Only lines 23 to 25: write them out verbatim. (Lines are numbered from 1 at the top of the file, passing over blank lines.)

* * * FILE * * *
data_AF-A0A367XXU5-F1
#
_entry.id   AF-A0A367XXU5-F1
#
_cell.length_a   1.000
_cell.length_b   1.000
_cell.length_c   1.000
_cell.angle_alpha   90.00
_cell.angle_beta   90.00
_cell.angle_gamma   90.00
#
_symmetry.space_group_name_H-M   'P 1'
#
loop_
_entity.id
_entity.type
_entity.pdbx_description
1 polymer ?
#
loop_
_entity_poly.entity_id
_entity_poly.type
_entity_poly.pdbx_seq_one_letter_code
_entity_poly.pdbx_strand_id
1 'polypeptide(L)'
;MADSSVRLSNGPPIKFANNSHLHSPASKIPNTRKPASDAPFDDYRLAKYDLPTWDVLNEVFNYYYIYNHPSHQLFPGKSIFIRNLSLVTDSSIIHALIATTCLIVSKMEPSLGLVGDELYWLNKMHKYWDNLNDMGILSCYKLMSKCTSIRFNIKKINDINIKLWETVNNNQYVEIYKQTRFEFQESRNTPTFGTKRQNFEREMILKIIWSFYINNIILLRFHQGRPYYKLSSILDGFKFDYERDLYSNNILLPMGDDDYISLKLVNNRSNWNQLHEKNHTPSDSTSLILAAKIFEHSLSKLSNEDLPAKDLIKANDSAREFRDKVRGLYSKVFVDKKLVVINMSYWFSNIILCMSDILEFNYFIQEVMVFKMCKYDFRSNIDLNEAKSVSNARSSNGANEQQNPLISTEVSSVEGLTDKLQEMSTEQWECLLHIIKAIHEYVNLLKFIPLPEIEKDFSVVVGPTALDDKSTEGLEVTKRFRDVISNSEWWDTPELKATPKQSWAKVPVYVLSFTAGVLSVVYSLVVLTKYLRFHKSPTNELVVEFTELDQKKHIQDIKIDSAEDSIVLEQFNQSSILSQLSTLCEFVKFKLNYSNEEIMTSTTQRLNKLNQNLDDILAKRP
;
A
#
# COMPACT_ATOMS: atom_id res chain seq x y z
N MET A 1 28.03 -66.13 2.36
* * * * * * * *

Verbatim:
_entity_poly.pdbx_seq_one_letter_code
_entity_poly.pdbx_strand_id
1 'polypeptide(L)'